I was asked to write a debate style short essay on whether Canada should change its existing copyright laws to achieve good public policy in an era of digital products and services. This was for a course on the Management of Intellectual Property. As a founder of Vitrium, this is obviously an issue that I’ve kicked around a fair bit. Those of you who know me well know that I love to debate and would often engage in both the pro and con side to any debate given the right environment and time. I particularly enjoyed writing this short essay – even though I was restricted to one side of the argument and the length of the essay had to be less than 800 words.
I argue that Canada should not imitate restrictive Copyright legislation governing the use and distribution of digital media but instead, require that business adapt to changes brought about by technology innovation. Copyright law bestows the exclusive right to control the distribution of an original work onto the author for a certain time period. Prior to the development of digital media, publishers of original works maintained control of copyrighted material by tying it to a physical medium (e.g. book, cassette tape). Furthermore, the act of copying analog data resulted in a degradation of quality of the original work. The physical medium and degradation of quality helped check copyright violations.
With the advent of digital media, original works are now freed from their physical medium and the copied material is indistinguishable from the original. This has greatly enhanced how licensees purchase and use copyrighted materials. Unfortunately, it has also contributed to rampant copyright violations as legitimate information exchange over the Internet is virtually indistinguishable from illegitimate without serious intrusion into the end-user’s privacy. Various industry associations have taken civil action intended to set examples of copyright violators and to strong arm infrastructure providers into monitoring the activities of Internet users. The industry has also responded with digital rights management technology that in some cases severely restricts what customers may do with a digital material. In addition to this, these industries are lobbying for changes to the Copyright act to deal with consumption of digital material and Internet distribution.
The strongest proponent of Copyright reform is the music industry. The book publishing industry provides a great deal of value add to an author through the editorial process. By contrast, the music industry is largely built upon the distribution controls of physical goods. It is therefore not surprising that the changes proposed to Copyright legislation are largely geared to preserving this business model.
Most users of digital media are not legal experts and may not distinguish fair use from copyright violations. Users have established behaviour patterns based on physical (analog) media. People often lend materials to friends and move materials from one playback device to another. The same behaviour patterns, when transposed to digital media often result in violations. This is because digitally copied materials represent an exact duplicate where both parties get to simultaneously enjoy the benefit of the material which is not possible with physical goods.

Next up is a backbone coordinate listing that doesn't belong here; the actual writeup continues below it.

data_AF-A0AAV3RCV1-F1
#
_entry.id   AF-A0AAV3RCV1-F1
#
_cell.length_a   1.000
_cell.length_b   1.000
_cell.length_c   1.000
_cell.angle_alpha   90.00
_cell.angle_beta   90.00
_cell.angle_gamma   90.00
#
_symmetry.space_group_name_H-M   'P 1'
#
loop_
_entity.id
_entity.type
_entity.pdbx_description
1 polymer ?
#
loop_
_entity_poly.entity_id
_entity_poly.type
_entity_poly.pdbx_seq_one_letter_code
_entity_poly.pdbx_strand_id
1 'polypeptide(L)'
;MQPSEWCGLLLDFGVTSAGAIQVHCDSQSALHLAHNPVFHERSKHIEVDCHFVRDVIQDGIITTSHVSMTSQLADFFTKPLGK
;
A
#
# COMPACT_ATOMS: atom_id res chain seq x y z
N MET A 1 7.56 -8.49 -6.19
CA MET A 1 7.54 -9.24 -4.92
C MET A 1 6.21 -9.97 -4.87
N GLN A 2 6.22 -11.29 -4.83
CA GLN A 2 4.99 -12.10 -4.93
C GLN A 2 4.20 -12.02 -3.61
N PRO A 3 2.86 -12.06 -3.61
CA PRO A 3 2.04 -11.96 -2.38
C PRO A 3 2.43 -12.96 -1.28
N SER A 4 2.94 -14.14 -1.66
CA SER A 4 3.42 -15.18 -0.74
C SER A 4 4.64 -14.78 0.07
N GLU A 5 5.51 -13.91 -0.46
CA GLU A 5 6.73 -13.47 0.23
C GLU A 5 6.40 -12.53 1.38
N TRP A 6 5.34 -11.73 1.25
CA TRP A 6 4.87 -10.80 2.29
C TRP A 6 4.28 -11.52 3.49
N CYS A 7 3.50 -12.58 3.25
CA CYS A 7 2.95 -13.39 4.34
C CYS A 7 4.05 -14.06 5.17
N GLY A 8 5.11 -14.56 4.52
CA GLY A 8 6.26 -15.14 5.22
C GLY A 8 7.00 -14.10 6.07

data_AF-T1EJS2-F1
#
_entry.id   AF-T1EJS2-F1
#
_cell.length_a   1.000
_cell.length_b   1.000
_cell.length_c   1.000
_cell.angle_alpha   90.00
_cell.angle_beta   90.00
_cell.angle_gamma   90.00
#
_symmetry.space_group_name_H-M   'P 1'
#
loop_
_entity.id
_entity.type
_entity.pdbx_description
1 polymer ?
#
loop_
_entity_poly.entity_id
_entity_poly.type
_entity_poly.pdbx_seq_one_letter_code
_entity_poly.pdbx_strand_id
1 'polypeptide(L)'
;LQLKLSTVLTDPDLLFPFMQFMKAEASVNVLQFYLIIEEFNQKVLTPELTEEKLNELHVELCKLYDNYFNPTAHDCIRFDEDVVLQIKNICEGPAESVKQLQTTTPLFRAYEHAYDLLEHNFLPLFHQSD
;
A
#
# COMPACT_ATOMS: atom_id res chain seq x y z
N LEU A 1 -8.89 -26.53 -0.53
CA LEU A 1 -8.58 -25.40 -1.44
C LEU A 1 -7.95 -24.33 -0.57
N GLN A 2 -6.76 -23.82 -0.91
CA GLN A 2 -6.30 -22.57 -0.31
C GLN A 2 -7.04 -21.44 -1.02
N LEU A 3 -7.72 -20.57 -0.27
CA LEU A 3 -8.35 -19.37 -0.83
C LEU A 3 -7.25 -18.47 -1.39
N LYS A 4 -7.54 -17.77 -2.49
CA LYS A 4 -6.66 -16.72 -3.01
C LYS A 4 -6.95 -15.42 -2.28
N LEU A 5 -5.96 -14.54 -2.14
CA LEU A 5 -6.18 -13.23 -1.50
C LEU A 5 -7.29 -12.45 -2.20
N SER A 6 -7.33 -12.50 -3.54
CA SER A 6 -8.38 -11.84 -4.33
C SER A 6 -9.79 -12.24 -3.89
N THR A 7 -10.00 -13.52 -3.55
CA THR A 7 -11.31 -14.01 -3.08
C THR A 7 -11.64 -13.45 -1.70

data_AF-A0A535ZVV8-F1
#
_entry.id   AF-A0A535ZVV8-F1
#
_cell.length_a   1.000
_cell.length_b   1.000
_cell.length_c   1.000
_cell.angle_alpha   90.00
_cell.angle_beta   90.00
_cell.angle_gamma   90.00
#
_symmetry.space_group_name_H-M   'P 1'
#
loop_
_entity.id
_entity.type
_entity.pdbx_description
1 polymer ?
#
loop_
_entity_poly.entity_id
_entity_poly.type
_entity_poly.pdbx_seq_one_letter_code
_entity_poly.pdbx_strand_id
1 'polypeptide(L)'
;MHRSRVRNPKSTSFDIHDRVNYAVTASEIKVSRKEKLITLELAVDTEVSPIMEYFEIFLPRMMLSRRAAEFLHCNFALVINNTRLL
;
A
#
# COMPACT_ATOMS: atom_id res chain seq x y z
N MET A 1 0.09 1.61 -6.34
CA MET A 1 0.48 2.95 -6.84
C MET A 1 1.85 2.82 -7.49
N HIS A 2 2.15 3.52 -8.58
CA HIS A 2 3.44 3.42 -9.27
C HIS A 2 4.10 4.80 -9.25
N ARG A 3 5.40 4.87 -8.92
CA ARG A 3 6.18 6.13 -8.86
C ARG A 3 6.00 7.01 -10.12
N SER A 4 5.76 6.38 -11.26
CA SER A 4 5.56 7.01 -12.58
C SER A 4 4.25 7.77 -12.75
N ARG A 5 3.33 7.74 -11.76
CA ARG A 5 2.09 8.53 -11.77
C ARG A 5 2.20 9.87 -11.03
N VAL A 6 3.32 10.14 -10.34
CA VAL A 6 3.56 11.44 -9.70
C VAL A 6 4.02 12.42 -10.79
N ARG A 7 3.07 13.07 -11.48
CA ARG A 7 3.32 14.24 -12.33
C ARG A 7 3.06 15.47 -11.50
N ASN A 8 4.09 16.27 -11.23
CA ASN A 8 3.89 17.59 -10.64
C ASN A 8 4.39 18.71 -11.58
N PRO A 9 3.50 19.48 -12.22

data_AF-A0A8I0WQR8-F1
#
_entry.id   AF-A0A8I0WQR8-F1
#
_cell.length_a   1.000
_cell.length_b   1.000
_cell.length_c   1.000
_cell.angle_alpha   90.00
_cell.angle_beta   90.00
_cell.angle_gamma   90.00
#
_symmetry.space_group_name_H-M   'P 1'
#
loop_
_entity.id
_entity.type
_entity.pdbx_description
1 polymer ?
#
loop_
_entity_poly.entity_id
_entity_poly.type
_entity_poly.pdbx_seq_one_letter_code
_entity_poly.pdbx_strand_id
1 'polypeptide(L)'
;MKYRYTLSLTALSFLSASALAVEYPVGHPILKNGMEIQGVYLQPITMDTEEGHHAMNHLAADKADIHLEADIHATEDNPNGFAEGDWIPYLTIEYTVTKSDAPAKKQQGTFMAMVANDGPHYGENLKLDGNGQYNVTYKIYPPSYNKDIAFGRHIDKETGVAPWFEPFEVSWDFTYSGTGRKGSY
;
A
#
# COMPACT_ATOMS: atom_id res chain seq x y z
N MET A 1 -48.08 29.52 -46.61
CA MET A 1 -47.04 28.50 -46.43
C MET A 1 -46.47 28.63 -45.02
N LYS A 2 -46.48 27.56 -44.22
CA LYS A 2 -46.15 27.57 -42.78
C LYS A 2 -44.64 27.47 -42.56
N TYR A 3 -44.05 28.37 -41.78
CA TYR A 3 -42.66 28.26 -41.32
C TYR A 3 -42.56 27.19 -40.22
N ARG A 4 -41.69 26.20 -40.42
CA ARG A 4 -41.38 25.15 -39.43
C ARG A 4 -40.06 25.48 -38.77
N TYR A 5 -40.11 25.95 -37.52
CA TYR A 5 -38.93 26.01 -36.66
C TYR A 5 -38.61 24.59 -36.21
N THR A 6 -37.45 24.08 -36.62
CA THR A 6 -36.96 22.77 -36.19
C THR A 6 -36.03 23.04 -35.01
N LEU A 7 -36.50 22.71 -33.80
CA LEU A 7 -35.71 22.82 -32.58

If left to fend for themselves, the industry seems to want to turn back the clock on innovation and strip consumers of the vast benefits of digital media. This is akin to trying to put the genie back into the bottle. The problem is not one of legal or technology innovation but one of business innovation. As technology evolves, new business opportunities are created while old business models fall by the wayside. Businesses have to learn to adapt to changes brought upon through innovation.
The software industry was arguably the first industry to experience copyright violations through software piracy. Today, the software industry has learnt to take a stick and carrot approach to achieving harmony between fair use, unintentional violations and outright violations. For instance, in addition to legal deterrents, the software industry requires that customers have legitimate versions of software prior to gaining accessing value added services such as product support and security updates. This evolution in business practices is a result of accepting the detrimental together with the beneficial aspects of digital media.
We are already starting to see changes as new businesses take a fresh approach on how to monetize copyrighted materials. For instance, there are now flat rate monthly subscription services that allow customers to listen to as much music as they would like. There are also new bands whose business model is to distribute music online for free and derive revenues through paraphernalia and live events. Perhaps the most interesting model was when the band Radiohead made their latest album available online and let fans name their price prior to downloading it. Interestingly, the average price paid for the album was the same as what consumers would have paid in stores – in this case however, all the revenues went directly to the artists.
Proponents of copyright law reform are taking a one sided approach and wish to go back in time. They wish to restrict the flow of digital goods and impose unto them the same constrains as physical goods in order to return to a bygone era. Instead there are new businesses that are embracing consumer behaviours and adapting to new ways of doing things. This new approach not only opens up the landscape for new artists and gives consumers an access to a larger variety of intellectual goods. It is best that governments do not hamper this natural evolution of technology and business through legislation.